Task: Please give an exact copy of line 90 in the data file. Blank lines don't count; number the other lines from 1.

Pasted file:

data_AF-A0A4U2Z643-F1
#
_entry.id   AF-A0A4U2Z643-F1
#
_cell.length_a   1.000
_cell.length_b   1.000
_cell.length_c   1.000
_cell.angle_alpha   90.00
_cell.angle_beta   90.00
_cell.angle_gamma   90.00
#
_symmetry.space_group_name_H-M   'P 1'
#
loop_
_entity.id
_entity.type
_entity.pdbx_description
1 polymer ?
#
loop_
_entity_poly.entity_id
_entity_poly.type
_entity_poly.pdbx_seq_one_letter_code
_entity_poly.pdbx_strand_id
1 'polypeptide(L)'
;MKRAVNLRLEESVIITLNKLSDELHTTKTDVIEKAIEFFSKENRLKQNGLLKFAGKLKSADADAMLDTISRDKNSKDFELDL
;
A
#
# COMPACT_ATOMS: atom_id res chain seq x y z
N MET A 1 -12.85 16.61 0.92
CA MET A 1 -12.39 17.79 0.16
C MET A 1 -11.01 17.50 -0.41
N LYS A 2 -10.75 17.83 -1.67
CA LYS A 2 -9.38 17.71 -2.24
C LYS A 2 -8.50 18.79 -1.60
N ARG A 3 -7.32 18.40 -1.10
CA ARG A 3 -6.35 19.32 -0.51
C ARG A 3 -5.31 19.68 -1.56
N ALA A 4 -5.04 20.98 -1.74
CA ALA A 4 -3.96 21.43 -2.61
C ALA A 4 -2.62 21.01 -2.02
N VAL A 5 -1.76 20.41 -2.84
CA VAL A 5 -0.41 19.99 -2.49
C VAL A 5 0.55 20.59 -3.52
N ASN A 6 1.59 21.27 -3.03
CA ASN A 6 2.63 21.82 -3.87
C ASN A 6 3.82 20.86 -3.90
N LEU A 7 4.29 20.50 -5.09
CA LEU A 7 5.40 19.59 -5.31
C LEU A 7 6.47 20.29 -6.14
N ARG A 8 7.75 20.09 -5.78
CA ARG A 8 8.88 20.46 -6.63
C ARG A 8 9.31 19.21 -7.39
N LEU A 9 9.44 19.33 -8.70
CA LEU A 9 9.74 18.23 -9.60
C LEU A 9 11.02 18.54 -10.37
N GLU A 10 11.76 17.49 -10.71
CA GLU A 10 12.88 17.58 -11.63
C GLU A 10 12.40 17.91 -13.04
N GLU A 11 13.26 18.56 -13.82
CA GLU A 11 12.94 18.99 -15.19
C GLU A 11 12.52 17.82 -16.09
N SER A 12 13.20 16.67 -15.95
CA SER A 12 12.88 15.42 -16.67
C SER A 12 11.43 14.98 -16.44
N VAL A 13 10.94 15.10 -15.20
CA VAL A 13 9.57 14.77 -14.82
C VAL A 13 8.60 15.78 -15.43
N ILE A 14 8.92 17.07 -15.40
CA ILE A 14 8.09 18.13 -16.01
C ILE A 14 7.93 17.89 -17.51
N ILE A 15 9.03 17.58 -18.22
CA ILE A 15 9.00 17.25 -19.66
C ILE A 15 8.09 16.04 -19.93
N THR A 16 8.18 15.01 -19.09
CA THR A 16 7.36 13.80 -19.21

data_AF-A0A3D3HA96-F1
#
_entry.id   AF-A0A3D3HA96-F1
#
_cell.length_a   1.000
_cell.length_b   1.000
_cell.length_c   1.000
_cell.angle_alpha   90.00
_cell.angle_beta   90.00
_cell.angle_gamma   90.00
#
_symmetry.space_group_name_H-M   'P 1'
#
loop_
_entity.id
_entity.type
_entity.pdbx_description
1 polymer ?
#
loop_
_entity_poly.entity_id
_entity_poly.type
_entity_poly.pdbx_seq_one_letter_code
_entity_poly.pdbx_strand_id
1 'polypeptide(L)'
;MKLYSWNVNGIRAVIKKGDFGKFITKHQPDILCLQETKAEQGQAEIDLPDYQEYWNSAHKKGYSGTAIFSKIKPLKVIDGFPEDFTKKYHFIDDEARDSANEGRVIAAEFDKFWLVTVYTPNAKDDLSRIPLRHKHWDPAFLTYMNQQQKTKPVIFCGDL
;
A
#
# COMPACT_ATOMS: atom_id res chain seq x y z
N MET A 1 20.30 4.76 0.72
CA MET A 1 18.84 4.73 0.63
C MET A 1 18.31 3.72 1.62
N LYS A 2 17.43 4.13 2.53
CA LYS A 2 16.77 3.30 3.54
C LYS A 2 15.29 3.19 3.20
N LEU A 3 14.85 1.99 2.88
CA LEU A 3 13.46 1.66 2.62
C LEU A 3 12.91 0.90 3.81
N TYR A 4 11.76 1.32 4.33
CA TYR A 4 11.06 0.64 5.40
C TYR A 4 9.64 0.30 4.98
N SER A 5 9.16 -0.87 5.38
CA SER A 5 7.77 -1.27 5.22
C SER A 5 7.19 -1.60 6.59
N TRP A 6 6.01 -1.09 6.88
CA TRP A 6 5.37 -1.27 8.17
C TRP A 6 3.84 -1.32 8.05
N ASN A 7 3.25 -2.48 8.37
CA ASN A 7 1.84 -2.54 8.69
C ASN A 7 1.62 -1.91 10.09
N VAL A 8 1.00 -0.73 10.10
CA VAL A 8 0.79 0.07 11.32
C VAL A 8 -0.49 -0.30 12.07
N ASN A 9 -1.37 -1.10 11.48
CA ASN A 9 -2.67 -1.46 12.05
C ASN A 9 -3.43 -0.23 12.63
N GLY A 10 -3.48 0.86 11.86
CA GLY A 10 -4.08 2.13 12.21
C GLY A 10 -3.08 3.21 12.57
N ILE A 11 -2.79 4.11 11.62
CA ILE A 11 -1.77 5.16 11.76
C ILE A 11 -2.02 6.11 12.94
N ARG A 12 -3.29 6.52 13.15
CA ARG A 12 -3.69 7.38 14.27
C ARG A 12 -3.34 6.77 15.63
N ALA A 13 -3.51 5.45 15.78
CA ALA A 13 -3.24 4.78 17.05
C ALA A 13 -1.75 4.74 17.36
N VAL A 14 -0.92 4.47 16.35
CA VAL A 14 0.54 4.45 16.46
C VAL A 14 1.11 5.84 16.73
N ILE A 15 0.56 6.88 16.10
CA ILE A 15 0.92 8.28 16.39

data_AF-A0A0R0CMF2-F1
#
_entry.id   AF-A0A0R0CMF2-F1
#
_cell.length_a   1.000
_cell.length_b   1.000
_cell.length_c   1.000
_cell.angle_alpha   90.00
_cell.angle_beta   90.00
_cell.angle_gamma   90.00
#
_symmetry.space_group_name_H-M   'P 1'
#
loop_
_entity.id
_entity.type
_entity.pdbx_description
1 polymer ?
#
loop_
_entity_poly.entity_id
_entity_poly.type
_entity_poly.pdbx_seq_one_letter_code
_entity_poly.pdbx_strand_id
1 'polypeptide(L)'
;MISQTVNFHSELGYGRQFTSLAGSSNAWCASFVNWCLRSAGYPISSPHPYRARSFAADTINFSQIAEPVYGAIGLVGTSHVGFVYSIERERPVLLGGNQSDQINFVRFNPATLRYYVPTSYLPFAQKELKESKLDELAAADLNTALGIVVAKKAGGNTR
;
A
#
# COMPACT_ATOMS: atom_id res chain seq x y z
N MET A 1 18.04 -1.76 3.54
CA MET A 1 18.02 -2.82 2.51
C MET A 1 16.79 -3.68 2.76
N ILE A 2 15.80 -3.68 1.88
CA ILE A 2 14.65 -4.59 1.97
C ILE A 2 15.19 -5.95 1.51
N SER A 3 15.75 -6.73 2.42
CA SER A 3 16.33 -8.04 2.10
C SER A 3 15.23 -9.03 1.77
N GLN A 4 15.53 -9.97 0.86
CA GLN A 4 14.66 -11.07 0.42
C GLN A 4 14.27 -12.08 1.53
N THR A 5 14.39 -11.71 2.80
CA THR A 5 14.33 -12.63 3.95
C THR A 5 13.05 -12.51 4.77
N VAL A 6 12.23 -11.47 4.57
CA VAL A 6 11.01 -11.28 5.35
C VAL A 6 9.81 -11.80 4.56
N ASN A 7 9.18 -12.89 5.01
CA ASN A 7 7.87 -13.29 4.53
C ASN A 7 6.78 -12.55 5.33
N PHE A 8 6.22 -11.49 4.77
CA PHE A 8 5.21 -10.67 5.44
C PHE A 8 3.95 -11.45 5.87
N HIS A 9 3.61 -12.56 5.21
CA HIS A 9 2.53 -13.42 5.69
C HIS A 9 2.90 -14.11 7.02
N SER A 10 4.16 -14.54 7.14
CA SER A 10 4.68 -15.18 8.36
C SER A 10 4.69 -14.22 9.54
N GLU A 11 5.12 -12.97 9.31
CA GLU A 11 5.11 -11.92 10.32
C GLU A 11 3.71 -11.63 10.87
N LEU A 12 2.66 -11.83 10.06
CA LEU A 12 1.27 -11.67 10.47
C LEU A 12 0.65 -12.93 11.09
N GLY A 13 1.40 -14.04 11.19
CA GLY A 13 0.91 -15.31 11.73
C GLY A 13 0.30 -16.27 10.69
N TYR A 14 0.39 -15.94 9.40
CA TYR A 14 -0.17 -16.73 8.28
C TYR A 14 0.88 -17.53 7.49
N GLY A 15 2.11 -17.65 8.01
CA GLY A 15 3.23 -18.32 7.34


#